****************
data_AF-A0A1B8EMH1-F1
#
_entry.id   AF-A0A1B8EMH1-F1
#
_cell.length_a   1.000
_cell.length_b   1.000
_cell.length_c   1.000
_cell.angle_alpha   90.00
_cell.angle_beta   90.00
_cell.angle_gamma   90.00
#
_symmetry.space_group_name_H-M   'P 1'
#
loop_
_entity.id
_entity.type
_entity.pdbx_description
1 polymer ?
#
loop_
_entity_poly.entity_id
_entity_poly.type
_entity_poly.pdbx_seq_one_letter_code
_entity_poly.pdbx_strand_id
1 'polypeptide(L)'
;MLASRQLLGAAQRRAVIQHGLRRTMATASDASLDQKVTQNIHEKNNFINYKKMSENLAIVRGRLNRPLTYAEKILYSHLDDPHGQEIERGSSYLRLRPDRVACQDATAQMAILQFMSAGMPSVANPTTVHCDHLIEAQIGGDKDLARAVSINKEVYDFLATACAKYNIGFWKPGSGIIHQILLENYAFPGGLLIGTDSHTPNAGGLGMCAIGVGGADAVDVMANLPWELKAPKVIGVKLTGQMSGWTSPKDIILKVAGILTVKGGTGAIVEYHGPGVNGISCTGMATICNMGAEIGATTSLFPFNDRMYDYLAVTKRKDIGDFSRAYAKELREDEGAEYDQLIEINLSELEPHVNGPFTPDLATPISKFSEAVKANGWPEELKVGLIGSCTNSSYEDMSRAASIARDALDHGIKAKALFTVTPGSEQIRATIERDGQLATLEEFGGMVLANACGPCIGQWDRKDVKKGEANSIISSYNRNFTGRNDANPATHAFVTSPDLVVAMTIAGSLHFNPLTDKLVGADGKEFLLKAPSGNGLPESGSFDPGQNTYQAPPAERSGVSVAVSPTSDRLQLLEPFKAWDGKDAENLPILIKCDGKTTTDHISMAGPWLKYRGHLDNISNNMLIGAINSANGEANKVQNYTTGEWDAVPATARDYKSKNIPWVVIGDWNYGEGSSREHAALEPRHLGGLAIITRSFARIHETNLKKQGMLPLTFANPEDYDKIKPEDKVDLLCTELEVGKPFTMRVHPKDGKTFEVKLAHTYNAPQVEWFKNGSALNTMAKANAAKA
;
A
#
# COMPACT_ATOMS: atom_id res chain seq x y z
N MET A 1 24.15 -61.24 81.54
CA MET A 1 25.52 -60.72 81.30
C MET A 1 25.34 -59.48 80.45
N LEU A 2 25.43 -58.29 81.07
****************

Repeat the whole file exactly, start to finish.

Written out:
data_AF-A0A1B8EMH1-F1
#
_entry.id   AF-A0A1B8EMH1-F1
#
_cell.length_a   1.000
_cell.length_b   1.000
_cell.length_c   1.000
_cell.angle_alpha   90.00
_cell.angle_beta   90.00
_cell.angle_gamma   90.00
#
_symmetry.space_group_name_H-M   'P 1'
#
loop_
_entity.id
_entity.type
_entity.pdbx_description
1 polymer ?
#
loop_
_entity_poly.entity_id
_entity_poly.type
_entity_poly.pdbx_seq_one_letter_code
_entity_poly.pdbx_strand_id
1 'polypeptide(L)'
;MLASRQLLGAAQRRAVIQHGLRRTMATASDASLDQKVTQNIHEKNNFINYKKMSENLAIVRGRLNRPLTYAEKILYSHLDDPHGQEIERGSSYLRLRPDRVACQDATAQMAILQFMSAGMPSVANPTTVHCDHLIEAQIGGDKDLARAVSINKEVYDFLATACAKYNIGFWKPGSGIIHQILLENYAFPGGLLIGTDSHTPNAGGLGMCAIGVGGADAVDVMANLPWELKAPKVIGVKLTGQMSGWTSPKDIILKVAGILTVKGGTGAIVEYHGPGVNGISCTGMATICNMGAEIGATTSLFPFNDRMYDYLAVTKRKDIGDFSRAYAKELREDEGAEYDQLIEINLSELEPHVNGPFTPDLATPISKFSEAVKANGWPEELKVGLIGSCTNSSYEDMSRAASIARDALDHGIKAKALFTVTPGSEQIRATIERDGQLATLEEFGGMVLANACGPCIGQWDRKDVKKGEANSIISSYNRNFTGRNDANPATHAFVTSPDLVVAMTIAGSLHFNPLTDKLVGADGKEFLLKAPSGNGLPESGSFDPGQNTYQAPPAERSGVSVAVSPTSDRLQLLEPFKAWDGKDAENLPILIKCDGKTTTDHISMAGPWLKYRGHLDNISNNMLIGAINSANGEANKVQNYTTGEWDAVPATARDYKSKNIPWVVIGDWNYGEGSSREHAALEPRHLGGLAIITRSFARIHETNLKKQGMLPLTFANPEDYDKIKPEDKVDLLCTELEVGKPFTMRVHPKDGKTFEVKLAHTYNAPQVEWFKNGSALNTMAKANAAKA
;
A
#
# COMPACT_ATOMS: atom_id res chain seq x y z
N MET A 1 24.15 -61.24 81.54
CA MET A 1 25.52 -60.72 81.30
C MET A 1 25.34 -59.48 80.45
N LEU A 2 25.43 -58.29 81.07